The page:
Throwing cow chips may not be the "neatest" way to catch a glimpse of life in the 1800s, but it definitely was part of the fun at Provo School District's annual Fourth Grade Rendezvous.

Students from 10 elementary schools gathered Wednesday at North Park to not only throw cow chips, but also to square dance, make soap, pull handcarts and participate in shooting meets.The Rendezvous, a culminating activity for fourth-grade Utah history studies, also included a visit to a mountain man's tepee and the pioneer village at the park.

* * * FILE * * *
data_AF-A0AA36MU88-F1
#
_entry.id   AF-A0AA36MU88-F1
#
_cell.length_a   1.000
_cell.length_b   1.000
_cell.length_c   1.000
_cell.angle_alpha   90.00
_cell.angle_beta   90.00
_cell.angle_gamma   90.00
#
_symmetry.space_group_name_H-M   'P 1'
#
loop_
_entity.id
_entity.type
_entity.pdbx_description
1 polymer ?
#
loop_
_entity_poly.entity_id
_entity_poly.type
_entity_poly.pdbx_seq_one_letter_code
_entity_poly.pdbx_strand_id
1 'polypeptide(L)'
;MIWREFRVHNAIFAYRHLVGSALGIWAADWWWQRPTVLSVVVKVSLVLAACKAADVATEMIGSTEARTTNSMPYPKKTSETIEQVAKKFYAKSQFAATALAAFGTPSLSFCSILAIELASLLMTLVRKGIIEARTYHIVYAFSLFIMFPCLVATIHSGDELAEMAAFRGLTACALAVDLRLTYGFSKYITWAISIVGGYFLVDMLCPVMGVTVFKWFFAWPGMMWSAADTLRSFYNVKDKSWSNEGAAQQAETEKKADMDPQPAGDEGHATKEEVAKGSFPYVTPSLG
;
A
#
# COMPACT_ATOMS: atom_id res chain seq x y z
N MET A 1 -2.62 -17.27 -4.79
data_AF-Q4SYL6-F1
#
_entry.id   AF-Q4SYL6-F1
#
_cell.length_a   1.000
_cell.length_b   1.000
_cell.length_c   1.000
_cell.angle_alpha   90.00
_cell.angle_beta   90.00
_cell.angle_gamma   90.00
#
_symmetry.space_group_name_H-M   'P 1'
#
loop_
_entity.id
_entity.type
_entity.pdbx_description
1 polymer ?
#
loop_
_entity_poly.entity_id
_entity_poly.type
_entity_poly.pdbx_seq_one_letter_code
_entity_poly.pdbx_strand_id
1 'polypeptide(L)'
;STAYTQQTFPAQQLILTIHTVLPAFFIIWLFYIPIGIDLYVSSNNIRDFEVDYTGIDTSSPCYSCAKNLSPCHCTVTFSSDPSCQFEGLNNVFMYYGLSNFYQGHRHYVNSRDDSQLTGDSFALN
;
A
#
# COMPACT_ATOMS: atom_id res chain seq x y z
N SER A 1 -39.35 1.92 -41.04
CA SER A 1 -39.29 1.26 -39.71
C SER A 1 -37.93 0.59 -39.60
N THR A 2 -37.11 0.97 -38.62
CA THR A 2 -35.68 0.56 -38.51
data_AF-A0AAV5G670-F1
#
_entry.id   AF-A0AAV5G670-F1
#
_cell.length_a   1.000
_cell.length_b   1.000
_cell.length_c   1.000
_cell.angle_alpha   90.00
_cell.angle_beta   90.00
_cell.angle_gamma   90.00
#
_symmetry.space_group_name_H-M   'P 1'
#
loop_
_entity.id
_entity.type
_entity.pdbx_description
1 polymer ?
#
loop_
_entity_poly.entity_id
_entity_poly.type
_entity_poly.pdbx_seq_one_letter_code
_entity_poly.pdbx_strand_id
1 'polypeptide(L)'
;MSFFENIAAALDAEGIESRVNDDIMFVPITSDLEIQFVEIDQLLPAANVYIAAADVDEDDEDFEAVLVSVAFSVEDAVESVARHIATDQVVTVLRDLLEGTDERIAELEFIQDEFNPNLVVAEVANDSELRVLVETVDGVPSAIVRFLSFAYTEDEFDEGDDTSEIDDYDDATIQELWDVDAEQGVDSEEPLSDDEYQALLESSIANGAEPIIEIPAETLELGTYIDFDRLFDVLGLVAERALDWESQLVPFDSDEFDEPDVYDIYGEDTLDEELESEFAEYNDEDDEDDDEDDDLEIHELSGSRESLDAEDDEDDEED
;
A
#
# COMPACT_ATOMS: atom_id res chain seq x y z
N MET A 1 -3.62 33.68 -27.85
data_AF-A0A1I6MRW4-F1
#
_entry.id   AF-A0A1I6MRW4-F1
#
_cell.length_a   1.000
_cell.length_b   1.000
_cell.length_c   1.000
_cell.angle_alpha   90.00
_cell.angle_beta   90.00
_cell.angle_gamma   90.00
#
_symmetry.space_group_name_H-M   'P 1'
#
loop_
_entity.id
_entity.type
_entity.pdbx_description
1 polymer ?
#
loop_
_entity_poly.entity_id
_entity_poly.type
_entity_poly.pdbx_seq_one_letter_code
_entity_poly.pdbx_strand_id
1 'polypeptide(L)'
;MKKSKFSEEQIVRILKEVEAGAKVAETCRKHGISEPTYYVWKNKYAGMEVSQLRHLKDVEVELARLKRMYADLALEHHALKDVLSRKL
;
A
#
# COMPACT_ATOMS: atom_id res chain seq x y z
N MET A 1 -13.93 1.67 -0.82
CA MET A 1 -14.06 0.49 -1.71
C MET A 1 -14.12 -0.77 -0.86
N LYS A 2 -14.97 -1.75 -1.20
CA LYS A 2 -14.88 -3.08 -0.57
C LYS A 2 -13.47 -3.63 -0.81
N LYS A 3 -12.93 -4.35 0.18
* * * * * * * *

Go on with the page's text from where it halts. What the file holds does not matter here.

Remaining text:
"This is the best field trip I've been on so far," said Carrie Cartwright, a Provost fourth-grader. "It seems like everybody has been waiting for this."

Brandi Braze, also from Provost, said her class has "studied pioneers for a couple weeks and made a whole folder of pioneer and indian information."

Students were given prizes for the best mountain man, pioneer and Indian costumes and wore possible bags they made ahead of time to carry their belongings.

"It gives them a sense of what life would have been like back then," said Kathy Luke, district curriculum director for elementary education.

The day ended with an authentic school lunch of barbecue sandwiches and beans. But what about the potato chips and popsicles? Didn't they have them back then?